Refugees are deprived of their rights at Latvia's external EU border

On August 10, 2021, Latvia declared a state of emergency in four border regions with Belarus due to increasing numbers of refugees. As a result of this decree, the military will be sent to the border, the right of asylum in these areas will be suspended, and consequently most of the refugees will be forcibly pushed back to Belarus. In addition Press and NGOs access to those regions is prohibited, which prevents independent monitoring of the situation and humanitarian assistance, as well as access to due process. Amnesty International has been monitoring the situation at the border for over a year now, interviewing border officials and refugees, and has published the results in its report here published. 

In the summer of 2021, the Latvian government declared the border regions an exceptional area. The Latvian government legitimized this action with the fact that refugees from Belarus against Latvia instrumentalized would be. The declaration of a State of emergency allows a state to restrict certain human rights in extreme circumstances when there is a threat to the life of the nation. Although the numbers of people attempting to cross the border into Latvia have decreased massively, to vanishingly small, the Latvian government has continued to extend its measures. They are currently still in effect, although in August just 35 official Asylum applications in Latvia have been placed. That this number is not a âthreat to the life of the nationâ is obvious.

Protection seekers stuck 

The statements of the interviewees show that Latvia massively violates human rights at its borders and that people are sometimes stuck in the border area for months. There, the Belarusian and Latvian border guards alternately force them back and forth across the border in both directions. One refugee reports that he has been stuck in the border region for over 3 months and has been pushed across the border more than 150 times in total, with a maximum of up to eight pushbacks in a single day. A typical horror trip in the limbo of the border region looks like this: The asylum seekers try to cross the green border through the forest to Latvian territory to apply for asylum. On Latvian territory they are picked up by border guards and taken to unregistered tent camps somewhere in the forest, far away from civil society, press and NGOs. Here, border guards in official uniforms are replaced by so-called commandos. Men, with rapid-fire weapons, hooded faces, and dressed entirely in black, without any identifying marks as belonging to any official authority. These commandos harass, beat and abuse the detainees. They use batons and stun guns, – sometimes even on their genitals. Their cell phones and valuables are taken from them. The shelter seekers have to sleep overnight in a tent in the middle of the forest, sometimes outdoors, at up to -20 degrees. The commandos also take away their lighters, the only way to make a fire to warm themselves against the cold temperatures and to protect themselves against wolves and bears. Often in the early morning hours, the refugees are bussed back to the border with Belarus and have to walk the rest of the way back through the forest.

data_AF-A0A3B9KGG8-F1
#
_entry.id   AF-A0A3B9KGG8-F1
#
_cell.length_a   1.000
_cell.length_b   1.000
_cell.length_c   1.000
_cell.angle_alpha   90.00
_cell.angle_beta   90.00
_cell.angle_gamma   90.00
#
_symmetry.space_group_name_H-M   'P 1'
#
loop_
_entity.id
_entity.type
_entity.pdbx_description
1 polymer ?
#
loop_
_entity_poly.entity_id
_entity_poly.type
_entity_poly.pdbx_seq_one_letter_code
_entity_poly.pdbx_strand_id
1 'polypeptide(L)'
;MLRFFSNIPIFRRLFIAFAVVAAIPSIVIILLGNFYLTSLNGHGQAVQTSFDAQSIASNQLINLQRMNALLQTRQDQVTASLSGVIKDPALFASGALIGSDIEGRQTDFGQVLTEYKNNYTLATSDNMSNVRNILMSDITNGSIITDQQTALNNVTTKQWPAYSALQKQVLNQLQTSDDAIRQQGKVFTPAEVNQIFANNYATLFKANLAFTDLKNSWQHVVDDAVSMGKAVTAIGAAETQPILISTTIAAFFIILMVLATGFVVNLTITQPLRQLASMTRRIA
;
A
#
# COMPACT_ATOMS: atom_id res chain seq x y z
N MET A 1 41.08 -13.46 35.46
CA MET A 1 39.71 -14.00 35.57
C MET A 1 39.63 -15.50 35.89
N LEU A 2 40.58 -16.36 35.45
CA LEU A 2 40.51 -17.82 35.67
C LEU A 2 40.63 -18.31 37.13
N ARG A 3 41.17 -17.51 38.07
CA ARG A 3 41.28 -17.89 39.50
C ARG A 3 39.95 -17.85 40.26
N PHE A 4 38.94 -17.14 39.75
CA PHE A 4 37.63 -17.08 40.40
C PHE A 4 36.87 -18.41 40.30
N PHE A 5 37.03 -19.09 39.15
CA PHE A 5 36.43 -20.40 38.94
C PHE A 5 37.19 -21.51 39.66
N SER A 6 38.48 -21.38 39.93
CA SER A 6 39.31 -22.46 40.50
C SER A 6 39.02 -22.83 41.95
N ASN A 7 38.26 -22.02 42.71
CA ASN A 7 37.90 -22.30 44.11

In Belarus

In Belarusian territory, the people are forced by the border guards at gunpoint to make their way back through the forest towards Latvia. Thus, the fugitives are pushed back and forth between the two countries for weeks and months. In the tent camps, somewhere in the forest, there are no sanitary facilities. The forest in the border areas is full of cameras, which almost always allows border guards to catch the fugitives before they make it further into the country. In this limbo, between the borders, people are defencelessly exposed to violence and cold, without any access to an asylum procedure, which they would be entitled to under EU law and the Geneva Refugee Convention.

Compulsion to return 

In order to escape this hell, the people on the run are coerced into signing so-called return contracts, in order to be able to be deported to their countries of origin. In Latvia, the International Organization for Migration (IOM) these repatriations. In at least two documented cases, refugees have made IOM officials aware that they are not doing so voluntarily and do not want to return to their home countries, but they have been ignored. Amnesty International is searching for over 30 people who are missing. 

Latvia violates EU law 

The Latvian government claimed against the EU Committee The European Union's Federal Minister for Civil Liberties, Justice and Home Affairs has demanded that all people who are apprehended by border guards in the border areas be taken to refugee shelters where they can apply for asylum. However, the Amnesty report shows that this is rarely the case. The Situations on the Polish-Belarusian border and on the Lithuanian-Belarusian border are similar. In June 2022 decided the Court of Justice of the European Union that the Lithuanian Asylum and Migration Law, which restricts the ability of people to apply for asylum during the state of emergency and provides for the automatic detention of asylum seekers, is not compatible with EU law. However, nothing has changed in practice.